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UK vineyards surpass 1,000 as wine sales rise 10%

Published:  04 July, 2024

WineGB has announced significant growth in the UK’s wine industry, with the number of vineyards reaching 1,030, a 9.2% increase from the previous year. According to the Food Standards Agency Wine Team, English and Welsh wine sales also grew by 10% from 2022.

In 2023, 87 new vineyards were registered, surpassing the 1,000-vineyard mark for the first time. The number of wineries has risen from 209 to 221, and the total area under vine now stands at 4,209 ha, representing a growth rate of 123% over the past decade. Production figures confirmed by the Food Standards Agency indicate that 2023 was a record year, with 161,960 hl produced, equivalent to 21.6 million bottles – up 77% from 2022. Despite this growth, the UK's climate means that production variability will continue, with the five-year average production increasing from 10.7 million to 12.4 million bottles.

Sales of English and Welsh wine have shown steady growth, reaching 8.8 million bottles in 2023. Since 2018, sales of sparkling wine have increased by 187%, from 2.2 million to 6.2 million bottles, while sales of still wine have risen by 117%, from 1.2 million to 2.6 million bottles. This growth is notable given the wider trend of declining wine consumption in the UK and globally.

Meanwhile, the large production volume achieved last year is expected to help wine producers build up their stocks of reserve wine for use in non-vintage and multi-vintage sparkling wines, as well as in the small but growing category of NV/MV still wines. These reserve wines enable the creation of consistent products year-on-year and allow for greater complexity and blending options. As the industry builds these stocks, it will also open up new markets and sales channels, enabling wineries to meet higher volume demands from accounts and distributors.

Last year, UK on-trade sales grew to 28% of total volume, up from 22% in 2022, while exports rose to 8%. Cellar door sales (17%), producer online sales (11%), and UK off-trade national accounts (30%) remained static, with a slight reduction in UK off-trade independent retail (6%). WineGB data found that wineries producing over 32,000 bottles annually were less reliant on direct-to-consumer sales and had a larger share of trade sales, particularly in the on-trade. Smaller producers, selling fewer than 32,000 bottles, tended to sell more wine directly to consumers and through independent retail, with limited sales through national trade accounts.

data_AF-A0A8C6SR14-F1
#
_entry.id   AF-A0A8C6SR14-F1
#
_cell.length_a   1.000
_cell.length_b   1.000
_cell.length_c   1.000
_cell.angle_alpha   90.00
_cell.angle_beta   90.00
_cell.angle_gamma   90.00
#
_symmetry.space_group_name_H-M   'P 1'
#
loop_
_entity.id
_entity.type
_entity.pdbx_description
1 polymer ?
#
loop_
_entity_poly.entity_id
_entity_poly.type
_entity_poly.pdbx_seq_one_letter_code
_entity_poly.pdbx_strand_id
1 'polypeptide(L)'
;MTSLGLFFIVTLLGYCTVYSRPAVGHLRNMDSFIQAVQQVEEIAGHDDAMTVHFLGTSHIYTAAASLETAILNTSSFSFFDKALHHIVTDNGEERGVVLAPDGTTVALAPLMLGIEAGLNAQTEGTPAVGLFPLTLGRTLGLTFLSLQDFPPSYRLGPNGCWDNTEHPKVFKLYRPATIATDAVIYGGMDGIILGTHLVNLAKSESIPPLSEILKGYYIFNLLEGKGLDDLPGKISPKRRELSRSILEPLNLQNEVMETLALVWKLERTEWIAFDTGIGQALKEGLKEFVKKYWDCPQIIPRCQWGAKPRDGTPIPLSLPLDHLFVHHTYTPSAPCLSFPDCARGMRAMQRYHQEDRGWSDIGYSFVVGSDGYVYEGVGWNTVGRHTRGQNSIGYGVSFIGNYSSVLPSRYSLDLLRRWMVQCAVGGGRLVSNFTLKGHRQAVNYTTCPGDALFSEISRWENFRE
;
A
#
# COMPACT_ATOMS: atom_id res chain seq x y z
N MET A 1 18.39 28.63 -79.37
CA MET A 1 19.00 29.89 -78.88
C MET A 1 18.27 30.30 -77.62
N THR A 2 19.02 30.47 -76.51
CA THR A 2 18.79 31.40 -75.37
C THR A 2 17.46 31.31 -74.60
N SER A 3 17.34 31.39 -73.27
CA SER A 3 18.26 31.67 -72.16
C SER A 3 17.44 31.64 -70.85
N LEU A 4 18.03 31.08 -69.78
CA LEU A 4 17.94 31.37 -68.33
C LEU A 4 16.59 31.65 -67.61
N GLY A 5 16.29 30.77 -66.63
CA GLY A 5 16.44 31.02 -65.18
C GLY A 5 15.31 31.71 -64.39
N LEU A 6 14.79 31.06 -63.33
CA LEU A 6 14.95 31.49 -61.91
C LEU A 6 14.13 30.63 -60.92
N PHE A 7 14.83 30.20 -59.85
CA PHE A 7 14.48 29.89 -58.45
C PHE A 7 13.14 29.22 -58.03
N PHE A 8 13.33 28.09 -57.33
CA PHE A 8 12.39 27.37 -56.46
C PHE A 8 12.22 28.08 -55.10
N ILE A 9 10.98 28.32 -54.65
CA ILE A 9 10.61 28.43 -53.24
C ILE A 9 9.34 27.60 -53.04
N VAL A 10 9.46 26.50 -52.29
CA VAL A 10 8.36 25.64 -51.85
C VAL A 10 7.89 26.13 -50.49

The diversification of vine plantings reflects the sustainable growth of the GB wine sector. Government data showed 51 different grape varieties were planted last year, bringing the total in the UK to over 90. While Chardonnay, Pinot Noir and Pinot Meunier continue to dominate, their planting share has slightly decreased from 71% in 2021 to 68% in 2023. The top five varieties – Chardonnay, Pinot Noir, Pinot Meunier, Bacchus  and Seyval Blanc – still form the majority of new plantings. Hybrid varieties now constitute 8% of total plantings, with top hybrids including Seyval Blanc, Solaris, Rondo and Regent.

WineGB data also reveals that 76% of wine produced in 2023 will be made into sparkling wine, 23% into still wine, and 1% into other products such as vermouth. For still wines, a higher proportion will be white wines (66%), with red wines (13%) and rosé (20%) remaining relatively unchanged from 2022.

Nicola Bates, CEO of WineGB, said: “This is our year of growth and surpassing the 1,000-vineyard mark is a real milestone for our industry, cementing our position as the UK's fastest growing agricultural sector. We are growing sustainably with a 10% rise in sales, remarkable given the wider decline in UK wine consumption. As consumers become more confident in the economy, they will likely have more disposable income to discover our wines in pubs, bars and restaurants. We expect a wider reboot that will support our future wines reaching new markets and new drinkers. GB wine is a success story that has shown extraordinary growth and development in the last decade as a result of significant investment. Vineyard and winery growth is projected to continue at pace.”

UK plantings by variety:

Grape variety


% of planting




Pinot Noir



Pinot Meunier






Seyval Blanc






Pinot Noir Précoce



Pinot Gris